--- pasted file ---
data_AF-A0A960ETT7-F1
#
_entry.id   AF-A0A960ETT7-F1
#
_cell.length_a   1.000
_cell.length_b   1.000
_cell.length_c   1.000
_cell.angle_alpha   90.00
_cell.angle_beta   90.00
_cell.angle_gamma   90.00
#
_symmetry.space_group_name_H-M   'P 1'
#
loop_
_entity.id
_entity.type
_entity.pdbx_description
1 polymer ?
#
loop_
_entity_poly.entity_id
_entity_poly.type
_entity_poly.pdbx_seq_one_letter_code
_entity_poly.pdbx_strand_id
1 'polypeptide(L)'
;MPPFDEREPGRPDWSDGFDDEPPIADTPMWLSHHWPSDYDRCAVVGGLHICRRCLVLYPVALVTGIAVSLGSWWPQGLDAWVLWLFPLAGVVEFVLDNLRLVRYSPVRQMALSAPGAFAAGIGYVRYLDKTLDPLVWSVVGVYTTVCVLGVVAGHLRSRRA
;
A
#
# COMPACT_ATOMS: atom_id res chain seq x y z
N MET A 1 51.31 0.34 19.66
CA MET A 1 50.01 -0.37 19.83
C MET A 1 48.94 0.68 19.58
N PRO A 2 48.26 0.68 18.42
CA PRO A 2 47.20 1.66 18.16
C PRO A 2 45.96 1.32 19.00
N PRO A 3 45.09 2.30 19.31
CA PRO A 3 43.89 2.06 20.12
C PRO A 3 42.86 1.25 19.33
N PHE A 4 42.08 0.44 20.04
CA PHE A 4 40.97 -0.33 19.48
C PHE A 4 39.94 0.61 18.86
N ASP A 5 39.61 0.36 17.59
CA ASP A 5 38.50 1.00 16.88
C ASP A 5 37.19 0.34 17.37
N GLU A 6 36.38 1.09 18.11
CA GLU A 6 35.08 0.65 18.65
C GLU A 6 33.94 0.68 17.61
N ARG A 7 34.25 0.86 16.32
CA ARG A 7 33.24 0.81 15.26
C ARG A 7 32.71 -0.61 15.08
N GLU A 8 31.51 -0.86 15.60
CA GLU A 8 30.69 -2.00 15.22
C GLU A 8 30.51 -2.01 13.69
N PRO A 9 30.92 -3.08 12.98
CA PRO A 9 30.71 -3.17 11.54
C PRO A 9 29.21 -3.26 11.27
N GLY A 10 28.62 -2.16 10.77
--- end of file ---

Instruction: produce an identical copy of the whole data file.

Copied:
data_AF-A0A960ETT7-F1
#
_entry.id   AF-A0A960ETT7-F1
#
_cell.length_a   1.000
_cell.length_b   1.000
_cell.length_c   1.000
_cell.angle_alpha   90.00
_cell.angle_beta   90.00
_cell.angle_gamma   90.00
#
_symmetry.space_group_name_H-M   'P 1'
#
loop_
_entity.id
_entity.type
_entity.pdbx_description
1 polymer ?
#
loop_
_entity_poly.entity_id
_entity_poly.type
_entity_poly.pdbx_seq_one_letter_code
_entity_poly.pdbx_strand_id
1 'polypeptide(L)'
;MPPFDEREPGRPDWSDGFDDEPPIADTPMWLSHHWPSDYDRCAVVGGLHICRRCLVLYPVALVTGIAVSLGSWWPQGLDAWVLWLFPLAGVVEFVLDNLRLVRYSPVRQMALSAPGAFAAGIGYVRYLDKTLDPLVWSVVGVYTTVCVLGVVAGHLRSRRA
;
A
#
# COMPACT_ATOMS: atom_id res chain seq x y z
N MET A 1 51.31 0.34 19.66
CA MET A 1 50.01 -0.37 19.83
C MET A 1 48.94 0.68 19.58
N PRO A 2 48.26 0.68 18.42
CA PRO A 2 47.20 1.66 18.16
C PRO A 2 45.96 1.32 19.00
N PRO A 3 45.09 2.30 19.31
CA PRO A 3 43.89 2.06 20.12
C PRO A 3 42.86 1.25 19.33
N PHE A 4 42.08 0.44 20.04
CA PHE A 4 40.97 -0.33 19.48
C PHE A 4 39.94 0.61 18.86
N ASP A 5 39.61 0.36 17.59
CA ASP A 5 38.50 1.00 16.88
C ASP A 5 37.19 0.34 17.37
N GLU A 6 36.38 1.09 18.11
CA GLU A 6 35.08 0.65 18.65
C GLU A 6 33.94 0.68 17.61
N ARG A 7 34.25 0.86 16.32
CA ARG A 7 33.24 0.81 15.26
C ARG A 7 32.71 -0.61 15.08
N GLU A 8 31.51 -0.86 15.60
CA GLU A 8 30.69 -2.00 15.22
C GLU A 8 30.51 -2.01 13.69
N PRO A 9 30.92 -3.08 12.98
CA PRO A 9 30.71 -3.17 11.54
C PRO A 9 29.21 -3.26 11.27
N GLY A 10 28.62 -2.16 10.77